Play-in game: Manhattan over Hampton.

Second round: Kentucky over Cincinnati, Maryland over West Virginia, Notre Dame over Texas, Wichita State over Kansas.

Regional final: KENTUCKY over Notre Dame.

Karl-Anthony Towns, Kentucky's best post player

EAST ("The crapshoot")
The top seed: Look, I watch an unhealthy amount of college basketball, but I barely tuned in to check out Villanova this year. The only games I really paid close attention to were their three-point road win against Butler and their thrashing of Xavier in the Big East title game. I do know that they're a balanced team, with a capable scorer in Darrun Hilliard, a sweet shooter in Josh Hart (47% from three), and two interior horses in JayVaughn Pinkston and Daniel Ochefu. But beyond that, I'm clueless. They're like that scene in the third season of Sherlock, where Holmes looks at a woman who's involved with [redacted] and sees only a parade of question marks, realizing that he can't read her at all. If I pick Villanova to win, it's basically because they're a #1 seed that won a lot of their games. If I pick them to lose, it's because I don't know enough about them. Let's just move on to a team that's more exciting. You know, a team like...

The heroes: Northern Iowa! Sure, the Panthers may not have that many impressive wins on their resume, and they got murdered when they waltzed into Wichita for their rematch against Wichita State. But they're a strong defensive unit, ranking 18th in defensive efficiency, and they can shoot, drilling 40% from three as a team (11th). They also showcase one of the premier players in the country in Seth Tuttle, a cross between Boris Diaw and DeMarcus Cousins who can handle the ball, bang in the post, and shoot the three (43%). Other than crowning a national champion every year, the whole point of March Madness is to introduce terrific players from small schools to the nation at large. Tuttle is one of those guys. He can do damage, especially against a team like...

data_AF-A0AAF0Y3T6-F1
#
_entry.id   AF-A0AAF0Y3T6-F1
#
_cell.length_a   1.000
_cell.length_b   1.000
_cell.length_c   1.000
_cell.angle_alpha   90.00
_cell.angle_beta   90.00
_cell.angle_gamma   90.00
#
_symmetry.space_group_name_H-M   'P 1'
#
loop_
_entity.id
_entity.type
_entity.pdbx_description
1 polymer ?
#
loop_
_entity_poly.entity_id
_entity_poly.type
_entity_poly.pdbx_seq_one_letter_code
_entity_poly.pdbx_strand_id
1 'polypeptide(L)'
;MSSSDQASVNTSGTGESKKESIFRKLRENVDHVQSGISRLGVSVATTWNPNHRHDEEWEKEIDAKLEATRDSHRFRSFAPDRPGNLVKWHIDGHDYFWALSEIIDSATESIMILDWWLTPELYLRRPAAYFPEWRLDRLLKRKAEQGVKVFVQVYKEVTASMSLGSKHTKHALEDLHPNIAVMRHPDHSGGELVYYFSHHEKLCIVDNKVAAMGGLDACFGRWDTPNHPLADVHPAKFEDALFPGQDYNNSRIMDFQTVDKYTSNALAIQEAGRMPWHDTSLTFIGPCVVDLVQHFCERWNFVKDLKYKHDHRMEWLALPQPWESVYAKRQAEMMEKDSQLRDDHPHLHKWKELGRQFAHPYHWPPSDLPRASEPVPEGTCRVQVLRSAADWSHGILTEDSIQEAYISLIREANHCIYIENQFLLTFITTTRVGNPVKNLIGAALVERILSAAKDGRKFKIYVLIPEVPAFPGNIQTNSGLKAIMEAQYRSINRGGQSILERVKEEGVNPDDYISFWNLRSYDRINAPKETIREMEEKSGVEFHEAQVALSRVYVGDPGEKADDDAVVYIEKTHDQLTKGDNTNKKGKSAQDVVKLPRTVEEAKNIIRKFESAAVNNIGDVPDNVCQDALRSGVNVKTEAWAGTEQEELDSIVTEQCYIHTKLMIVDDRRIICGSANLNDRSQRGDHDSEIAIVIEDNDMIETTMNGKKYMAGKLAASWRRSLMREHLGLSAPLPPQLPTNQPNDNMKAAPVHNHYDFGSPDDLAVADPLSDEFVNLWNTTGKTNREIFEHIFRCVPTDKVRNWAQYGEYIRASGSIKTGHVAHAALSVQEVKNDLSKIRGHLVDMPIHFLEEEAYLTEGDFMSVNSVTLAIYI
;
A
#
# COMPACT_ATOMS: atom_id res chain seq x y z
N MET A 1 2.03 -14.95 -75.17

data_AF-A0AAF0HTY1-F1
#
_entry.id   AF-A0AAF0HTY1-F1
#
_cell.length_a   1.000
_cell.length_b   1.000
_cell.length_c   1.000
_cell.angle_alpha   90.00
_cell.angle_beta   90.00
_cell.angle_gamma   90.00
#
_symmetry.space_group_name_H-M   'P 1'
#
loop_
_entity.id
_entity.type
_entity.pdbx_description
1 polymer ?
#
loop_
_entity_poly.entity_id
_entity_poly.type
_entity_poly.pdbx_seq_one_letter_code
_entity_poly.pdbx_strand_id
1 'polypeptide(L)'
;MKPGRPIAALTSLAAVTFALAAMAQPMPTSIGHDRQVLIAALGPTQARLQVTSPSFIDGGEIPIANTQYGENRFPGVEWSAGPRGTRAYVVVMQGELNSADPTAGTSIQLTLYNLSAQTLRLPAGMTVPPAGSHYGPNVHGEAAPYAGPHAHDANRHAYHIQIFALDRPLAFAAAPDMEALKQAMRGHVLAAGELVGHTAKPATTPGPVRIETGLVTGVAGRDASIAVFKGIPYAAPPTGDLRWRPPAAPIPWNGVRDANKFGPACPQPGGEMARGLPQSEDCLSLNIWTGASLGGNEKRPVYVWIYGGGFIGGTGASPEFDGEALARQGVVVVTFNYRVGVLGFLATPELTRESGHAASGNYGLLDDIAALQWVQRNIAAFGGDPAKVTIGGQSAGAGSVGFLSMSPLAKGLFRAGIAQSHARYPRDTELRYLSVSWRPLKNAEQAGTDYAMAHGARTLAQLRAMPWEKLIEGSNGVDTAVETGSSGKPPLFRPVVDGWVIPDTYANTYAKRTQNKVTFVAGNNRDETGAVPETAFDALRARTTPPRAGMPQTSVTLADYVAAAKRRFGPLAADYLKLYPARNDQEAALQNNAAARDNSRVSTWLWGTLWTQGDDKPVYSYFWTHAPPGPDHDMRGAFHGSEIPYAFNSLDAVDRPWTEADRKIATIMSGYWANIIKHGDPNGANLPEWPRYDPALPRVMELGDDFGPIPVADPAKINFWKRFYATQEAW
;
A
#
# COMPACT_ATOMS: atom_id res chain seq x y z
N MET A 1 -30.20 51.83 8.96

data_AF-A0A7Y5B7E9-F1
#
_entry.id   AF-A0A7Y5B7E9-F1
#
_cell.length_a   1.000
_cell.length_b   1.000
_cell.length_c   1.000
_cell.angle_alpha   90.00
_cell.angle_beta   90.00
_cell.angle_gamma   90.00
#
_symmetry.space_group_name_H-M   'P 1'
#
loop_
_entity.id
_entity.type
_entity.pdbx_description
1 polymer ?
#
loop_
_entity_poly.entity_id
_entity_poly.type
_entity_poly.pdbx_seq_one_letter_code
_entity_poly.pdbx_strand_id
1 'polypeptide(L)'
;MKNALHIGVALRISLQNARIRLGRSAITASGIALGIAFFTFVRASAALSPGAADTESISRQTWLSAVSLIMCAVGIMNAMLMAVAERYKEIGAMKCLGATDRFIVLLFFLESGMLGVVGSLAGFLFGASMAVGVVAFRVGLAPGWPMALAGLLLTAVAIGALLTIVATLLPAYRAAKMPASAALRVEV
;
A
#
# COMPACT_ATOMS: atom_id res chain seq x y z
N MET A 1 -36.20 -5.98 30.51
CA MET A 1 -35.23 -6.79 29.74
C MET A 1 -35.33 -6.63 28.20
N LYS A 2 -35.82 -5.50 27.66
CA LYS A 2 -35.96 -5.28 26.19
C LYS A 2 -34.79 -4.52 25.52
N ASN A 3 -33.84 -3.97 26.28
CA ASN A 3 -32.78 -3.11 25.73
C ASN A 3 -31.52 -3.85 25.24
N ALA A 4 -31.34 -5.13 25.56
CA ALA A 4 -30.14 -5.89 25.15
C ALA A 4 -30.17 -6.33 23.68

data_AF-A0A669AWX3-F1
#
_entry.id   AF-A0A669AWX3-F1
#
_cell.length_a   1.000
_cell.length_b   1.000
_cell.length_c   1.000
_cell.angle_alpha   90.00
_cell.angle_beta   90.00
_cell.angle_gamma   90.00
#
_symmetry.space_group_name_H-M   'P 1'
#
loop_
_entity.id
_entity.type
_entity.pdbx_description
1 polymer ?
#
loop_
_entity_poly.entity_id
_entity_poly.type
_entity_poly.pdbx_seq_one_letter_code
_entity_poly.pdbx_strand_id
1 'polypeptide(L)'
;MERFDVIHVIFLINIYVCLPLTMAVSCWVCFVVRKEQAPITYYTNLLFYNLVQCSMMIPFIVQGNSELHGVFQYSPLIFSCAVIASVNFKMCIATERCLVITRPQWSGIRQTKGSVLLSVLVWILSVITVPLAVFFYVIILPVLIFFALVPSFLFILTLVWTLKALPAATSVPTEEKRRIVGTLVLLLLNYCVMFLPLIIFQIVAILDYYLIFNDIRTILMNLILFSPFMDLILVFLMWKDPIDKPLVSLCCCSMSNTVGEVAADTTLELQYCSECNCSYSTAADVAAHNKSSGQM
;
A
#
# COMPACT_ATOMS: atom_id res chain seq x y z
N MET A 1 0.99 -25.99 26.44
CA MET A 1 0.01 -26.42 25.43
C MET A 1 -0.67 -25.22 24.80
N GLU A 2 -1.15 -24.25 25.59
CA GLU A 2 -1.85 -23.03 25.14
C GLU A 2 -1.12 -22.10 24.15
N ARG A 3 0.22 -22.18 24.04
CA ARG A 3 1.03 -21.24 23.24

The fraud: I didn't even like Louisville before they lost starting guard Chris Jones. Sure, they're monstrous on defense as always, but they're a horrific shooting team, making an inconceivably low 30% of their threes (312th), not to mention a pathetic 66% of their free throws (281st). It's not like they pound the ball inside either; both Terry Rozier and Wayne Blackshear chucked up five threes per game, even though both shoot below 33%. If the Cardinals play Northern Iowa in the second round, you might need to hide the kids, because the first to 40 will probably win.

The wounded: When Justin Anderson was healthy and playing out of his mind, Virginia was probably the nation's best hope to beat Kentucky. But Justin Anderson is no longer healthy, and when he is playing, he's probably harming his team. The Cavaliers are still defensive juggernauts, but they basically need Malcolm Brogdon to play at an NBA level to keep pace with opposing teams. Brogdon is capable of doing that, as he demonstrated in the second half against North Carolina last week, but it's a lot to ask him to shoulder the load every night when the Cavs' grind-it-out pace (of 351 qualifying schools, they rank 348th) places so much importance on every possession. The good news for Virginia is that...

The mess: None of the remaining teams in the bottom half of this bracket is especially imposing. Providence has an elite scorer in LaDontae Henton, but they don't play defense. Oklahoma is fearsome when they're clicking, but they don't defend either, and Buddy Hield too often strays from confident to reckless. Michigan State can play with anybody, but only when Denzel Valentine channels Magic Johnson. None of them is likely to keep their head above water when Virginia's defense clamps down.

The Picks
Play-in game: Dayton over Boise State.

Second round: Villanova over NC State, Northern Iowa over Louisville, Oklahoma over Dayton, Virginia over Michigan State.

Regional final: NORTHERN IOWA over Virginia.

Seth Tuttle tries to lead Northern Iowa to glory

SOUTH ("The Shootout")